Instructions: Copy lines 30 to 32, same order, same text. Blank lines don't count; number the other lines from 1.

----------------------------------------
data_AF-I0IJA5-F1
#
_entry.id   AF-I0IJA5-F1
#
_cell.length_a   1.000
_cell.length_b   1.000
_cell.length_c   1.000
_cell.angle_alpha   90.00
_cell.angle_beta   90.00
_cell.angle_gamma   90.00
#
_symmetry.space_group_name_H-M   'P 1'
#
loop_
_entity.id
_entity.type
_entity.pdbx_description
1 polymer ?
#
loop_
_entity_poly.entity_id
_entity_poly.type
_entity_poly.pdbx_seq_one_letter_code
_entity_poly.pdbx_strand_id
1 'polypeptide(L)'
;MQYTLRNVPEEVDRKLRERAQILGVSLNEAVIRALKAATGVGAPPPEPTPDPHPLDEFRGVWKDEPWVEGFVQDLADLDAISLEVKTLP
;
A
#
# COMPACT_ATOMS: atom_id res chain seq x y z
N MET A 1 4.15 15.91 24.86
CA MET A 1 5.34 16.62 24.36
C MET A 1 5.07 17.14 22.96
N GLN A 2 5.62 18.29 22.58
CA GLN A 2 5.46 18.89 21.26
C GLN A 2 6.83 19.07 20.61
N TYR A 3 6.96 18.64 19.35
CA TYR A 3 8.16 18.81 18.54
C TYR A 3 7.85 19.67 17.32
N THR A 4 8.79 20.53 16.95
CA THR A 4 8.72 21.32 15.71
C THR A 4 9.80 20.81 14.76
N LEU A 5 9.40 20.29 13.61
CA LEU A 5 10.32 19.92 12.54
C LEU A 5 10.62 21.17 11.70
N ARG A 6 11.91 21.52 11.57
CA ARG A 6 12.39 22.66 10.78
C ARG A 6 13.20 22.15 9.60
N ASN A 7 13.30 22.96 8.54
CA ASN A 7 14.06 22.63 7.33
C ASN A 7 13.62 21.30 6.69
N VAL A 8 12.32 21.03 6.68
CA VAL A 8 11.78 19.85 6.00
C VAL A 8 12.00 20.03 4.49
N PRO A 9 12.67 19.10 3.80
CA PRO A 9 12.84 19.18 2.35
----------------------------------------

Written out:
# COMPACT_ATOMS: atom_id res chain seq x y z
N MET A 1 4.15 15.91 24.86
CA MET A 1 5.34 16.62 24.36